SOUTHLAKE--Pleas from residents who don’t want an 16-inch natural gas pipeline near their Southlake homes paid off early Friday morning.
Heavy snow was falling just after midnight when the Planning and Zoning Commission voted 4-1 to deny XTO Energy’s request to drill on Texas 26 near Brumlow Avenue.
Vice chairman Robert Hudson voted against denying the specific use permit.
A recommendation to deny could impose a super majority vote when the item goes for final consideration at City Council. That would mean six of the seven council members would have to vote in favor of the specific use permit in order for it to pass.
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Commissioners learned their lesson from the Milner gas well on Nov. 19 when a vote to approve up to 18 wells failed 4-3 but was never followed up with a vote to deny. The city attorney later ruled that the commission failed to make a recommendation and that the application could proceed to council without a super majority.
The council is scheduled to have a public hearing and final vote on the Milner proposal at its meeting 5 p.m. Friday, weather permitting.
The proposal to drill up to 21 wells on Joe Wright’s property has undergone major changes since it was first proposed a year ago this month, including relocating the drill site farther away from Grapevine High School.
The majority of residents who spoke at the Thursday night meeting opposed the proposed pipeline route because it would pass through the Timarron Golf Course and also homes on Timber Line Lane, Johnson Road and Randol Mill Road.
The 16-inch gas line would carry gas from the Joe Wright drill site and others in Colleyville and, potentially, Keller, to market. Energy Transfer officials presented a different pipeline route in response to concerns raised at last month’s meeting but still met opposition.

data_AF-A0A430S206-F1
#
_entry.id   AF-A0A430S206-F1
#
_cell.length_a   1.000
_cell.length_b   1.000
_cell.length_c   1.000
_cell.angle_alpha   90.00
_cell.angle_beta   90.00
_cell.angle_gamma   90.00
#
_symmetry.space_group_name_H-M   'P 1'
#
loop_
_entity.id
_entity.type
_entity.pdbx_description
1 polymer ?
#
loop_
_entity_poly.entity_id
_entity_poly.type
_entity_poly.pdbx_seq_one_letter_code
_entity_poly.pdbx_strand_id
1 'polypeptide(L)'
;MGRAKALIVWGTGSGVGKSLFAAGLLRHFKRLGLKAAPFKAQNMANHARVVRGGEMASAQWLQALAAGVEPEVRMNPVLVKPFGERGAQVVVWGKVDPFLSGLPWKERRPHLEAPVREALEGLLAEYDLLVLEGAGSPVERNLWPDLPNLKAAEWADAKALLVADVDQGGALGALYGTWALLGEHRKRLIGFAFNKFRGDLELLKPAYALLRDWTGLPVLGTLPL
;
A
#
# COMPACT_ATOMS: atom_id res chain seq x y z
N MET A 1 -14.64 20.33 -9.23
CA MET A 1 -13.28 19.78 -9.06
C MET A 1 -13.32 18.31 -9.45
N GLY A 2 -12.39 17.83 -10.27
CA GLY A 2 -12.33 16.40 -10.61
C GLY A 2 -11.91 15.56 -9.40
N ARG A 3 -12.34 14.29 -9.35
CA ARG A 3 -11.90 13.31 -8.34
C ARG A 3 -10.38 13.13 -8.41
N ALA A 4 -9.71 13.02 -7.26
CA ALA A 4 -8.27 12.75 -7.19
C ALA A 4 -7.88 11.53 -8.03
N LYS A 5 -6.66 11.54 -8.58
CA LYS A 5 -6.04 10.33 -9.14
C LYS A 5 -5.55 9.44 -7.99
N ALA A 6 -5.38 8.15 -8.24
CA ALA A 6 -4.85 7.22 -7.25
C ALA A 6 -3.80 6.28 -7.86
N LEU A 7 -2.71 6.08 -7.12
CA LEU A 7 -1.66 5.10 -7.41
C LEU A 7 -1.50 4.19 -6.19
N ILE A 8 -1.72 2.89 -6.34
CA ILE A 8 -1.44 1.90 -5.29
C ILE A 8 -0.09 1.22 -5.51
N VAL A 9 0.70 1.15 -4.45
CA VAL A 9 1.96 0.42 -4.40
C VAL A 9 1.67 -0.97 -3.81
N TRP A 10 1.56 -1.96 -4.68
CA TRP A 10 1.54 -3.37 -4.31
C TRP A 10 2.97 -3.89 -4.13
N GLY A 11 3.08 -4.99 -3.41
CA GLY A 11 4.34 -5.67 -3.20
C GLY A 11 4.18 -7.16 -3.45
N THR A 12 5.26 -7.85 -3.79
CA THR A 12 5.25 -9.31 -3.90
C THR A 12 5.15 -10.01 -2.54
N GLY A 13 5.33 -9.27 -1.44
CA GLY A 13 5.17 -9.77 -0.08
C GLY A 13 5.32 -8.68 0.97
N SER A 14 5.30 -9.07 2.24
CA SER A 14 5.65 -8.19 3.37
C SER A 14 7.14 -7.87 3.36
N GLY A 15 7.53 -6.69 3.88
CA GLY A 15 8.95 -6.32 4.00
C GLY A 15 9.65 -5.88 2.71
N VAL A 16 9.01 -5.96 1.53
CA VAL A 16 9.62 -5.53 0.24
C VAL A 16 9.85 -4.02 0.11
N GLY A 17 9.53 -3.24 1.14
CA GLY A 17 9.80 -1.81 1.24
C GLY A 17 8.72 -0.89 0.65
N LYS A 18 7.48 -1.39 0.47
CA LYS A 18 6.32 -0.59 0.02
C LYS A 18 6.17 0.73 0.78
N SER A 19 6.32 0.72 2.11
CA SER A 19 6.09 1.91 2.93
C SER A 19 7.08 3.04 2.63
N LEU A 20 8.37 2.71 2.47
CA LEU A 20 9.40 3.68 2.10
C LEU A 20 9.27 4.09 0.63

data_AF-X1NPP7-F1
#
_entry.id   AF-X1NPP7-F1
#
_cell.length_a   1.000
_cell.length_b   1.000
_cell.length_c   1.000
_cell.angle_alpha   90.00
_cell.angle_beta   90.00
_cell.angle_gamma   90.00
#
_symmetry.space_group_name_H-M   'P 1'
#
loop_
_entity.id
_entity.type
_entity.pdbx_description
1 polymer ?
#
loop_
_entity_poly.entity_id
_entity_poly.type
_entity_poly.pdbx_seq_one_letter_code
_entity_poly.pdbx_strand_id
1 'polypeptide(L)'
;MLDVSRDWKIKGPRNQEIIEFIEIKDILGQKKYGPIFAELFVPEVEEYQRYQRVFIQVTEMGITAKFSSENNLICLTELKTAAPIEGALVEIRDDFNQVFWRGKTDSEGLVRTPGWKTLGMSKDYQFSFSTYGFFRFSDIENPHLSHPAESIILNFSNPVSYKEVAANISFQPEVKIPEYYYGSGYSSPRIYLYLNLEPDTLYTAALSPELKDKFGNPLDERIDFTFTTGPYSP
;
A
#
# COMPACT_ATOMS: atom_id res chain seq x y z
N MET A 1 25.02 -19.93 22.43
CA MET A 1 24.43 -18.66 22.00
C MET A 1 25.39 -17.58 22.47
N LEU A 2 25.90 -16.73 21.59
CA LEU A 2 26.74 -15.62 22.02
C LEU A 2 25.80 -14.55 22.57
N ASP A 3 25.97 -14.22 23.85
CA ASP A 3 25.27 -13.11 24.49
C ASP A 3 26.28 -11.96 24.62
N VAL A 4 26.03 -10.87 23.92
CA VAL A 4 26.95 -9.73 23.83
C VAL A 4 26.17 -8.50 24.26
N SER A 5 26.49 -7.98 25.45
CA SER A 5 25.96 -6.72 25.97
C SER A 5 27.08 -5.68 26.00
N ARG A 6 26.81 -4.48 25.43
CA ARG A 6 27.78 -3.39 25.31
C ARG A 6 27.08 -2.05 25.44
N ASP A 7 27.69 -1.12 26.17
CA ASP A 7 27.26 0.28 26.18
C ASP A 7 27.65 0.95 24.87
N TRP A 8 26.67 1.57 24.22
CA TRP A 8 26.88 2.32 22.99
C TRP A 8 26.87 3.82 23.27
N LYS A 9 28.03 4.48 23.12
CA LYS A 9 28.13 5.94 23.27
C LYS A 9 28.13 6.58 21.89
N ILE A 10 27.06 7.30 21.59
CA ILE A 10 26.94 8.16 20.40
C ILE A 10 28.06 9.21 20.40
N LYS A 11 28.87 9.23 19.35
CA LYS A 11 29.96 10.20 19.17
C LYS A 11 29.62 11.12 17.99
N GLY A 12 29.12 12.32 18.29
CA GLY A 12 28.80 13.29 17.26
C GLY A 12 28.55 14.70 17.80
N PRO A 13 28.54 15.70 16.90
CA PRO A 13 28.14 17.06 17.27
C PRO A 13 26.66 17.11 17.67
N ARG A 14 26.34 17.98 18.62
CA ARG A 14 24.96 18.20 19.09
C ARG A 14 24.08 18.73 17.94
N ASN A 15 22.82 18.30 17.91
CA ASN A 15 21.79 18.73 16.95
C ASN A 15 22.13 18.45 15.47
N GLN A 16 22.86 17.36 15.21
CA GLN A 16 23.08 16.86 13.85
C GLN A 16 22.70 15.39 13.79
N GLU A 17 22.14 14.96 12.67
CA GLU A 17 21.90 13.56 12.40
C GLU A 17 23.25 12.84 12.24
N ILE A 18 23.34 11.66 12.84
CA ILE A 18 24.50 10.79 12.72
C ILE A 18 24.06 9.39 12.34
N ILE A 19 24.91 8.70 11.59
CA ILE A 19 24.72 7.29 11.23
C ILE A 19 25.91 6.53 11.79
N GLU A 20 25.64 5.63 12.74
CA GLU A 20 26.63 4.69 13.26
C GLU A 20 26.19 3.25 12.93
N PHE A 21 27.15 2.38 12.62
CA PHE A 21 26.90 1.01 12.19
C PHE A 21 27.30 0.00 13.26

Southlake resident Molly Bullard said the gas line would devalue “million dollar homes” and would kill the trees that define Johnson Road.
“It won’t be the same. That’s a lover’s lane if there ever was one,” she said. “I don’t have any benefit from this gas line coming through.”
John McFadden said he’s concerned because his “son’s bedroom would literally be within putting distance from this pipeline.”
Energy Transfer officials said directional boring would allow long stretches of pipe to be placed without disturbing the surface in some areas. In others, open trenches would bury the pipe about four feet deep.
Commissioners pushed for deeper 8-foot trenches to reduce the likelihood of future construction accidents like the one that ruptured an Atmos Energy line and forced the closure of Southlake Boulevard for hours last week.
Energy Transfer officials said there are several safety measures in place to prevent construction crews from accidently rupturing pipelines.
The commission also voted 4-1 to deny variance requests, including a request to drill within 1,000 feet of four Southlake homes. Hudson was the lone no vote.
Commissioner Joe Lancor said he was concerned that XTO Energy didn’t have waivers from one of the Southlake homes within 1,000 feet of the drill site.
A variance to allow the pipeline outside of designated pipeline routes was denied unanimously. The commission voted 3-2 to recommend approval for the last variance, which allows pipeline construction to go on 24 hours a day and exempts the company from noise restriction, allowing quicker pipe installation.